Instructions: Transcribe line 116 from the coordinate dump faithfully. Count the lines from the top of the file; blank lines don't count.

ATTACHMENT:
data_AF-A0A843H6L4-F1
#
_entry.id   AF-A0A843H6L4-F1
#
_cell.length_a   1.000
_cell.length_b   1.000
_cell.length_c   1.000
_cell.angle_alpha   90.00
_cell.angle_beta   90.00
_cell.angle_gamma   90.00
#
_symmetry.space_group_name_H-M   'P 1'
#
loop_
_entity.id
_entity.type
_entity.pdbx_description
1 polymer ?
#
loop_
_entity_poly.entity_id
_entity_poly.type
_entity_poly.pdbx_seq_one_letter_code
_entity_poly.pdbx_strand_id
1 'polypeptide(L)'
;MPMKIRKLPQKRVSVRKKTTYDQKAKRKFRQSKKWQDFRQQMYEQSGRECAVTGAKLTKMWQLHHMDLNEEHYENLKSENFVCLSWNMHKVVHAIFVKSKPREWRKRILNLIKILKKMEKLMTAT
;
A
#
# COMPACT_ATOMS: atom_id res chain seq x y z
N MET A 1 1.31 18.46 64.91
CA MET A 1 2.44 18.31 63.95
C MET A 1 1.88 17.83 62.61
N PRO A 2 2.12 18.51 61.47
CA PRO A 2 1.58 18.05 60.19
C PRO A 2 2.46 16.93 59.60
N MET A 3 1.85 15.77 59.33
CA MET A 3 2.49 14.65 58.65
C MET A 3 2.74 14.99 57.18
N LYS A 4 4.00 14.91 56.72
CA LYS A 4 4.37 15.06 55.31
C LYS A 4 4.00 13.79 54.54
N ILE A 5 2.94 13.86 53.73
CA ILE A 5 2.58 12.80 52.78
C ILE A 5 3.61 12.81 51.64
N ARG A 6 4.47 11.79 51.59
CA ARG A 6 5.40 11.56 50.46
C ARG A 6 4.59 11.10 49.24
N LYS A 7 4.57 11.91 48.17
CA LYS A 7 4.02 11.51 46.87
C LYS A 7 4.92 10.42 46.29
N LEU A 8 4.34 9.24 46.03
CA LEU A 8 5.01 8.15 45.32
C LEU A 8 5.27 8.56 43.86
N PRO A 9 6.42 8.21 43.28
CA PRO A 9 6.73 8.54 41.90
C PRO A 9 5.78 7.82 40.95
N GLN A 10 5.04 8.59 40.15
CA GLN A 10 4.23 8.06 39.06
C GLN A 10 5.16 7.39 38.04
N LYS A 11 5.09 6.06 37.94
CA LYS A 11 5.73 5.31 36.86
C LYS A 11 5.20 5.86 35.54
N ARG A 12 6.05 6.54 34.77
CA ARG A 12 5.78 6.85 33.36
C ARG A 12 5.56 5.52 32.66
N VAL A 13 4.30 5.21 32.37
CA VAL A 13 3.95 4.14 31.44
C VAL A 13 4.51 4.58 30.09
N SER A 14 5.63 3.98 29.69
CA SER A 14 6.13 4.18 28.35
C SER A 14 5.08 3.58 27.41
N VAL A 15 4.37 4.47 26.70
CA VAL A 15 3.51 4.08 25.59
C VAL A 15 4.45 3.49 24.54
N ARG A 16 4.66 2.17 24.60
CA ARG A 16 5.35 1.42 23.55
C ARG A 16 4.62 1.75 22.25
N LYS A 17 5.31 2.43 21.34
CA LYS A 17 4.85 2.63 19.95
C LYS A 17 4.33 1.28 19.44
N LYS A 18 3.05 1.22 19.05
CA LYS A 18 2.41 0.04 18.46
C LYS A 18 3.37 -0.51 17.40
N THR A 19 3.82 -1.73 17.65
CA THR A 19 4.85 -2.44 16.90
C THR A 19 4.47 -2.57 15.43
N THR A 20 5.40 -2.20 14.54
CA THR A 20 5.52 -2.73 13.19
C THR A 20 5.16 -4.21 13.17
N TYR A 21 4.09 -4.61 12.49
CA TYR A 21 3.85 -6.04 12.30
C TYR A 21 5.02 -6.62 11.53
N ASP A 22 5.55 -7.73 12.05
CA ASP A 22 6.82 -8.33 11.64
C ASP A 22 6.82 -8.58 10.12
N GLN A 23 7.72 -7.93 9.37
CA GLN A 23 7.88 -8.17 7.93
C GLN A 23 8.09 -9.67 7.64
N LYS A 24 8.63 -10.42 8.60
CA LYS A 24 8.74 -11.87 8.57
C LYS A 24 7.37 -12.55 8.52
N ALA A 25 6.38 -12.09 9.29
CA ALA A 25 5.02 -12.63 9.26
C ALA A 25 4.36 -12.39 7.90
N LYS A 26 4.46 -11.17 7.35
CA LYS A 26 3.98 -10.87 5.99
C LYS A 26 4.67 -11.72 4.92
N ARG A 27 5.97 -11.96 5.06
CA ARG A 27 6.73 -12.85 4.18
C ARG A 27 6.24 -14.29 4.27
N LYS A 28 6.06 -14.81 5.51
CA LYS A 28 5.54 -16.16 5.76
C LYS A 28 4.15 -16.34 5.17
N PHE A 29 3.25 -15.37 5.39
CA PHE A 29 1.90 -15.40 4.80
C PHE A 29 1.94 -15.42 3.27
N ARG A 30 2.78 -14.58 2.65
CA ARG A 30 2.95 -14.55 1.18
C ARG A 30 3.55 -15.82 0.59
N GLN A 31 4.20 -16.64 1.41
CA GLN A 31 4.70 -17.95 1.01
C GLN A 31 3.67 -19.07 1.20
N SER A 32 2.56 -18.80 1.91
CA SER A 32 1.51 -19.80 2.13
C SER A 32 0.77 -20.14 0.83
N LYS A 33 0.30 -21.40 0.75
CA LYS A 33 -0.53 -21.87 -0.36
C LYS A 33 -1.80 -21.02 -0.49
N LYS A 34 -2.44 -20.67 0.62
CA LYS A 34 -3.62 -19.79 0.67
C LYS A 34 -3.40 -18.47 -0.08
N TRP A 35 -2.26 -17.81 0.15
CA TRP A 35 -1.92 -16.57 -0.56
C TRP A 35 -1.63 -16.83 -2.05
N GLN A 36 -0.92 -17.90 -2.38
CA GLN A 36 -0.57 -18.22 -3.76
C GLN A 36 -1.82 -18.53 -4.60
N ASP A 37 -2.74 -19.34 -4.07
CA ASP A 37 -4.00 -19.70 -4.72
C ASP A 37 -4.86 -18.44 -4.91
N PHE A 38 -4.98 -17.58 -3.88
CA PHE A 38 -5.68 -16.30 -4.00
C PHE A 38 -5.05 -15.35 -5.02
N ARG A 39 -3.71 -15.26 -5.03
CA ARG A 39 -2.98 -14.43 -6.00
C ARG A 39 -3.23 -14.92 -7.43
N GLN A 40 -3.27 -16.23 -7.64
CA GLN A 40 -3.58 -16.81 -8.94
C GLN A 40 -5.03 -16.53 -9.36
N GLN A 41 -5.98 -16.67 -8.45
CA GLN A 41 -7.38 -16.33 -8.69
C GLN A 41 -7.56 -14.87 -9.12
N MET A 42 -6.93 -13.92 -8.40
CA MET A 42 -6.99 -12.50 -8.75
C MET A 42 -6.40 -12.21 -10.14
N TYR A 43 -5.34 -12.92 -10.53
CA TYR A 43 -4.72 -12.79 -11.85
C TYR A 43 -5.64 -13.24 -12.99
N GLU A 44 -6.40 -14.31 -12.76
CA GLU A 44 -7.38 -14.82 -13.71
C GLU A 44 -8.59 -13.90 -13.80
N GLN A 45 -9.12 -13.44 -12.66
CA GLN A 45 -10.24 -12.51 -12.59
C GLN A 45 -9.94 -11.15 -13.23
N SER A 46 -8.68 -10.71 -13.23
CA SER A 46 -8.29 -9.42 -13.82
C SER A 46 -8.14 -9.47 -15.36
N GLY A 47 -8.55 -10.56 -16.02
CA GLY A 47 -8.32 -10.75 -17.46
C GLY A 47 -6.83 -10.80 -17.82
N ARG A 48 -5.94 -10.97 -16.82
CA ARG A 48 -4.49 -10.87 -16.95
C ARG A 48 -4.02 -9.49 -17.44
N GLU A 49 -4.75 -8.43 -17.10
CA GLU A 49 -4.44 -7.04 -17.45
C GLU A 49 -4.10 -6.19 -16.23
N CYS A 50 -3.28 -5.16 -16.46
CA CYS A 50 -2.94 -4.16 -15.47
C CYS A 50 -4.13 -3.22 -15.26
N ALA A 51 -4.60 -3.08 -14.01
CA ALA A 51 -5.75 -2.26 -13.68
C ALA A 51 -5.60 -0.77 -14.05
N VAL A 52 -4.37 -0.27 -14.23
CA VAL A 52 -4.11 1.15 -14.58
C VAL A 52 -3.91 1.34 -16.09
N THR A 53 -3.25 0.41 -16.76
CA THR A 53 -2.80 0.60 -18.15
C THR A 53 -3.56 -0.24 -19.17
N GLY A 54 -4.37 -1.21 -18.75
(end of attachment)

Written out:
CA PHE A 29 1.90 -15.40 4.80